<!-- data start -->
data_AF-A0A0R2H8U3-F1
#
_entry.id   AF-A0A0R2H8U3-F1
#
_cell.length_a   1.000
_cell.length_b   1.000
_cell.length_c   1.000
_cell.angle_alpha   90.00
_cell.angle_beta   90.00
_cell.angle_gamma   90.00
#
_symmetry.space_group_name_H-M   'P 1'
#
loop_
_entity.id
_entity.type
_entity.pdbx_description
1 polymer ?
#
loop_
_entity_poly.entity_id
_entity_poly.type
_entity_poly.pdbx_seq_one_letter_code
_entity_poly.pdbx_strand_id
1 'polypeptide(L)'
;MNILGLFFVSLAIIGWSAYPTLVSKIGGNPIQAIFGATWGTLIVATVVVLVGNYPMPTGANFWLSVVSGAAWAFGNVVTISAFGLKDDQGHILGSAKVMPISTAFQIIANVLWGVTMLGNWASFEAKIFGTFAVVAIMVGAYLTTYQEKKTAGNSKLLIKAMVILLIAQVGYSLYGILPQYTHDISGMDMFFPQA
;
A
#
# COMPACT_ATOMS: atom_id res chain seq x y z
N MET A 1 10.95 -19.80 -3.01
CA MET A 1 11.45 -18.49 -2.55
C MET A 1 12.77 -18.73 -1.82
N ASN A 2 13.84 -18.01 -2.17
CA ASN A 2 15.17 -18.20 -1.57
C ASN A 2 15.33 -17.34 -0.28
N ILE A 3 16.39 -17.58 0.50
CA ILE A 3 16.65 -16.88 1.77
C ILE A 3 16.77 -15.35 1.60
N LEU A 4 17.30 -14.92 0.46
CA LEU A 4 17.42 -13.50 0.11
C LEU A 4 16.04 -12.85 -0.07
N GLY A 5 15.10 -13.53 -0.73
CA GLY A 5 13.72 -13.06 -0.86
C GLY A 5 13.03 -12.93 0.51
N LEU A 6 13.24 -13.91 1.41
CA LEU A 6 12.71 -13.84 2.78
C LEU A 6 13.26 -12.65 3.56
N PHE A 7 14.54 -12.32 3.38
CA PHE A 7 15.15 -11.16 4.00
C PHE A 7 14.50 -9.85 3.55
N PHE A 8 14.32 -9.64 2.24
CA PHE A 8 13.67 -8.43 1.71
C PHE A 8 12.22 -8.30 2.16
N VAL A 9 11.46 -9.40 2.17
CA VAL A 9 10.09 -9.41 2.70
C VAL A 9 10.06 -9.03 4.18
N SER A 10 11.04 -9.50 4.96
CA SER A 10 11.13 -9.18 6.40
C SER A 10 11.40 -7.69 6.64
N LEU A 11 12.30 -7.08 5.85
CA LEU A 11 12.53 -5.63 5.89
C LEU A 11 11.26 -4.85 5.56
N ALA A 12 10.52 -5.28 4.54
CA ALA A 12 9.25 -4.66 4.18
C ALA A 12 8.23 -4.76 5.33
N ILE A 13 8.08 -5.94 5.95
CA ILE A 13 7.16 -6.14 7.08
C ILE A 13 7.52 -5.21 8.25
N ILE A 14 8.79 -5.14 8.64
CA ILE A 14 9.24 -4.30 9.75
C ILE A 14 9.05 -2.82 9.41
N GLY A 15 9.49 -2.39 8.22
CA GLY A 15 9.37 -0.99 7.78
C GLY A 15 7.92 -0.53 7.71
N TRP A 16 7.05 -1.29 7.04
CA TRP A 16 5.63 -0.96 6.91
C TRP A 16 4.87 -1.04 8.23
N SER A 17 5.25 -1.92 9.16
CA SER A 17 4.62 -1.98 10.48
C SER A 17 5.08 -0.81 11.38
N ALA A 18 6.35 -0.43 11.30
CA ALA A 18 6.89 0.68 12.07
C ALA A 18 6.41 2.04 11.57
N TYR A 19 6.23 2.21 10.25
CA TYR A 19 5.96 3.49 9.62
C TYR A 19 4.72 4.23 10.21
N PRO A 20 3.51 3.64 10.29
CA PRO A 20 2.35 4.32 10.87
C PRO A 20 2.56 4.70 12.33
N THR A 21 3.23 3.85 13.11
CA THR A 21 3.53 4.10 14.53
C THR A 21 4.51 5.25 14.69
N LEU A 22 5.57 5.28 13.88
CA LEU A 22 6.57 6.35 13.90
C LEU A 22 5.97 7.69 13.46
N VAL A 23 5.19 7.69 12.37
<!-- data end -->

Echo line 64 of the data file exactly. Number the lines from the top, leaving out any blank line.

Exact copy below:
N ALA A 12 10.52 -5.28 4.54